Monday, December 26, 2005

Loy vs. Harlow

A Movie Review

Director Clarence Browns 1936 film Wife vs. Secretary is a story that could have easily slipped into overt melodrama, but do to a combination of careful direction and surpassingly subtle characterizations by the actors, still holds up well after all these years. Based on a story by Faith Baldwin, the film is an honest if sanitized exploration on issues of expectations and jealousy, featuring an unusually well constructed love-triangle. Clark Gable is Van 'V. S.' Stanhope, who like his father before him is the head of a high-class magazine publishing syndicate. Linda, his beloved wife of just over three years is played by Myrna Loy, while Van's secretary Helen 'Whitey' Wilson is then super-star Jean Harlow.

The action begins when Vans mother Mimi (played by May Robson) advises daughter-in-law Linda to have her husband get ride of actractive secretary Helen. Linda rebuffs the suggestion stating that she implicitly trusts her husband who is very much in love with her, and that Van and 'Whitey' have an exceptionally good working relationship that she would not want to break up. He "depends on her" she says. Linda is right about her husband who, while recognizing that Helen is "quite a dish", truly has eyes for no women other then his wife. Helen on the otherhand has been nursing quite the crush on her employer for years, to the point that her devotion to her 'job' is threatening to break-up her relationship to a long time boyfriend played by Jimmy Stewart (in what was only his 4th film).

Events in the story are moved along by V. S.'s plot to purchase a magazine called the National Weekly from its retiring publisher (J.D. Underwood played by George Barber), before rival company 'Hanson House' can do so. As it is important for Van to keep his plans secrete to avoid there leaking out, our protagonist is unable to truthfully explain to his wife why he's been spending such an unusual amount of time away from home. Thoughts set in motion by her mother-in-laws earlier supposition, Linda comes to increasing suspect that Van and Helen are having an affair, this idea finds reinforcement as she continually discovers holes in her husbands explanations of what he's doing with his time. Things all come to a head when Linda calls her husband at a publishing convention in Havana at two in the morning, only to hear Helen answering the phone in his hotel room (she is their because they have just brokered a late night deal with Underwood).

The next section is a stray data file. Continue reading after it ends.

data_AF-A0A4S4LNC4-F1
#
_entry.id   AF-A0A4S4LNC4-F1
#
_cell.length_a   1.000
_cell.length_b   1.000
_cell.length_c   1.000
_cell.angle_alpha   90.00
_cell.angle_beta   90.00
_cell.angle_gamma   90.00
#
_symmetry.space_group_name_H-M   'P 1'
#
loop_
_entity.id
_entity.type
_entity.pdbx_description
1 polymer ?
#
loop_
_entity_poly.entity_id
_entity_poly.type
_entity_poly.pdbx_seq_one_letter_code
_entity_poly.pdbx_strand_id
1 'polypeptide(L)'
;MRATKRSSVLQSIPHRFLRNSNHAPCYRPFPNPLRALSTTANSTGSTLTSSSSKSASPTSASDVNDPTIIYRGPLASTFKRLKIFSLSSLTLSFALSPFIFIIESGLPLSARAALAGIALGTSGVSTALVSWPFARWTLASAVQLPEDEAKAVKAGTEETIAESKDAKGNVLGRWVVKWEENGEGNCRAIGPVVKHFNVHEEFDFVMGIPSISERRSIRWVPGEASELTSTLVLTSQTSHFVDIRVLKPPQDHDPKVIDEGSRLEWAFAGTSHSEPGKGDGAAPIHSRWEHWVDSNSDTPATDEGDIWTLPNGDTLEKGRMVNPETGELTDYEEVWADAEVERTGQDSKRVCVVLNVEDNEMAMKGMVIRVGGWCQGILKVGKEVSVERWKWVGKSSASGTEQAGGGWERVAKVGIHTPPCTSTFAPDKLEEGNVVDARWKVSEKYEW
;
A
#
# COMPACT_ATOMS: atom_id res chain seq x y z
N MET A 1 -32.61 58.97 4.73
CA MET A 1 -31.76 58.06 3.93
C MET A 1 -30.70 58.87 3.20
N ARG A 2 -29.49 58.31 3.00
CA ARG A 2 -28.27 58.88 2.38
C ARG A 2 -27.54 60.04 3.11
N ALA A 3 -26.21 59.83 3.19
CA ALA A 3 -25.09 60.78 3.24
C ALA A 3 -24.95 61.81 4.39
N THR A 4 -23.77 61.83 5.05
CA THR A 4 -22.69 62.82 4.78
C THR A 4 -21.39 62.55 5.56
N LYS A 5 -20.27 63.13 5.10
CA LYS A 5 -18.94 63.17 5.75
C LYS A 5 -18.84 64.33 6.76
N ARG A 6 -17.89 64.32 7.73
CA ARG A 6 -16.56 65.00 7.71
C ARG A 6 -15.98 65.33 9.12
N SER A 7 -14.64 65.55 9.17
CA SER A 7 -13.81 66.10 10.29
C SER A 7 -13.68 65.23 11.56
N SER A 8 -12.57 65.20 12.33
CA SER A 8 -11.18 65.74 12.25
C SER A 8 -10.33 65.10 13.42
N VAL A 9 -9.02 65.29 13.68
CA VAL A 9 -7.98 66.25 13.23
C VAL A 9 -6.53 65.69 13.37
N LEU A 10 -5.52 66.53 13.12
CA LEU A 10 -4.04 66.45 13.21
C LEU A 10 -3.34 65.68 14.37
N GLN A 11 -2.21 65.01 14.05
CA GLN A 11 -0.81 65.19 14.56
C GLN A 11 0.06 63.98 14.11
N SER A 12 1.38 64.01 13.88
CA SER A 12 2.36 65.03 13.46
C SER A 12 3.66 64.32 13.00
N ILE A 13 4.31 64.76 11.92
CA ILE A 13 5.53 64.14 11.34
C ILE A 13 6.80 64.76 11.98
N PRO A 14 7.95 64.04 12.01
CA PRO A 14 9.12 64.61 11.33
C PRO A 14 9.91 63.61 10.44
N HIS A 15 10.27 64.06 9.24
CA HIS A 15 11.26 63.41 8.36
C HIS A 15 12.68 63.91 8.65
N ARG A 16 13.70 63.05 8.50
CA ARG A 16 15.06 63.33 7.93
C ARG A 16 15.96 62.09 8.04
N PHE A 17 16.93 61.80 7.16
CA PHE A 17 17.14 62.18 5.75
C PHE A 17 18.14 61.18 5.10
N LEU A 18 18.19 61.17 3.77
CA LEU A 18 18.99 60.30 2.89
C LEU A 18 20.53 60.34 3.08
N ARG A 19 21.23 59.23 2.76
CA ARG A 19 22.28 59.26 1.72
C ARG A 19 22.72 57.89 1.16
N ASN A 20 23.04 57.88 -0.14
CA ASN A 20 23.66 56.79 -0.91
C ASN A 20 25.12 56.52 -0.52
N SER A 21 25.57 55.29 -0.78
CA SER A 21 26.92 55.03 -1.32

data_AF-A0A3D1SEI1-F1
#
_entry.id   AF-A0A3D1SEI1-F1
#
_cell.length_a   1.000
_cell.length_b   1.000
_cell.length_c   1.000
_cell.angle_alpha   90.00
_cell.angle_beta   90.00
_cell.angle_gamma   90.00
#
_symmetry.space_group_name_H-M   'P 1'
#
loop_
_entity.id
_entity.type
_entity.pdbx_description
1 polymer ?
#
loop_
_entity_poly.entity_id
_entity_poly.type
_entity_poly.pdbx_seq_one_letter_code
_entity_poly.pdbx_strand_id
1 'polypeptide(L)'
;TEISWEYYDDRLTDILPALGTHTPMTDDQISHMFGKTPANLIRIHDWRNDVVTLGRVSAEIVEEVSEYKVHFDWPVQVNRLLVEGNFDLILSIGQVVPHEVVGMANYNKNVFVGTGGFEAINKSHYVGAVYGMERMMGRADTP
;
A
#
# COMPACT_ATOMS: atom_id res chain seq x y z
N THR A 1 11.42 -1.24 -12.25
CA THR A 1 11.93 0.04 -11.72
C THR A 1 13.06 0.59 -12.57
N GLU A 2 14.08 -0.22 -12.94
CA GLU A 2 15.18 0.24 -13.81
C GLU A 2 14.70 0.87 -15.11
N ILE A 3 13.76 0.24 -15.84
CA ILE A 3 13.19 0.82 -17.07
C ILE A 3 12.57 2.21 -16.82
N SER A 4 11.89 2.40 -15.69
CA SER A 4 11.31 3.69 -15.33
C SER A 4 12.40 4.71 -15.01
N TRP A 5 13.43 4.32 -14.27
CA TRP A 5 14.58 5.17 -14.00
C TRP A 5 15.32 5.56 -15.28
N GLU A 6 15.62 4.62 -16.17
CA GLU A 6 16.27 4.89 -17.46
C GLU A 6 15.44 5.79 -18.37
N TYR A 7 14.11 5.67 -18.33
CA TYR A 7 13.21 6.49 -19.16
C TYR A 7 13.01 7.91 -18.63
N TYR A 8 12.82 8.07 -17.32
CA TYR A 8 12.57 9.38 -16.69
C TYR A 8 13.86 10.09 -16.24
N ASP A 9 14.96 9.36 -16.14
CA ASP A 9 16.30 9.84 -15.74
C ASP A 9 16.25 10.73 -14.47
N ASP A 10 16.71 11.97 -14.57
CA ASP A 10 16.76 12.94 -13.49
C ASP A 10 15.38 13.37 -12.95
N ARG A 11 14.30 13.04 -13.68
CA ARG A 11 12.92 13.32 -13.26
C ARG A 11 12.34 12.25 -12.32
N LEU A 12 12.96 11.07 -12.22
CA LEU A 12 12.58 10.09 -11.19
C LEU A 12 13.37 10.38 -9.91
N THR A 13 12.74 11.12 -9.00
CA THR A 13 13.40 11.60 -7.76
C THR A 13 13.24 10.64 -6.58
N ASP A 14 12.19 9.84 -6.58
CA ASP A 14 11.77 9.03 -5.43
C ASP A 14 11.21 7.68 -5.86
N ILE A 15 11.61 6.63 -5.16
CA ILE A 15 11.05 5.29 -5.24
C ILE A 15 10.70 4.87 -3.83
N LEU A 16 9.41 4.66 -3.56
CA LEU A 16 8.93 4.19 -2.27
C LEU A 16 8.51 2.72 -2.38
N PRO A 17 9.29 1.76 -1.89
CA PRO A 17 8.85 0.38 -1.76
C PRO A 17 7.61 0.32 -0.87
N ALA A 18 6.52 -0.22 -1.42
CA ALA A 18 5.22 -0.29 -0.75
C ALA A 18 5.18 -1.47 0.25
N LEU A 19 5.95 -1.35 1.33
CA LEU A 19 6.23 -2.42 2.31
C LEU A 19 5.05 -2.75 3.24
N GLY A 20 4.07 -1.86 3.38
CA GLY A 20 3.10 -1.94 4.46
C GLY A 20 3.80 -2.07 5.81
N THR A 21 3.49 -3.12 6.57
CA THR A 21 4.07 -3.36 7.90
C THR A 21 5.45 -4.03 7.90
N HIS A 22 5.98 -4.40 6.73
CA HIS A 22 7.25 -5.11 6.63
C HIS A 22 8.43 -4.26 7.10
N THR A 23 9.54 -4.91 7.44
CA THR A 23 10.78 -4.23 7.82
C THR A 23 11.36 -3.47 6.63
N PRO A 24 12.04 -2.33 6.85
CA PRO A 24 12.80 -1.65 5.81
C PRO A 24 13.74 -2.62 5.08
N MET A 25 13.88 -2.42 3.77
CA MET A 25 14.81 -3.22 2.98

This is a solid motion picture though a little uneven themeaticly, fluctuating from light comedy to at times almost heavy handed moralizing, but it does always manages to advance its story without feeling overly contrived. Gable is great in his oblivious 'happy-go-lucky' persona throughout most of the film, displaying just the right amount of melancholy towards the end. While Harlow of course is the legendary sex-symbol, Loys more well-rounded appeal is evident, if not quite at its best in this film (Jimmy Stewart once said that "there ought to be a law against men who don't want to marry Myrnia Loy"). I think the truly interesting thing about Harlow is that her growth as an actress is one of the most noticeable in the history of film. In her early performances Harlow is mostly on screen because of her body, her acting wooden and clowenish with her parts seemingly written around her limited ability. In this film however her acting is strong, she conveys much through he eyes and facial expressions, and affects a complete and sympathetic personality for her character. Wife vs. Secretary is a good film for when you are in the mood for that 30's polish but would prefer your characters more fully developed then those in the average period film.


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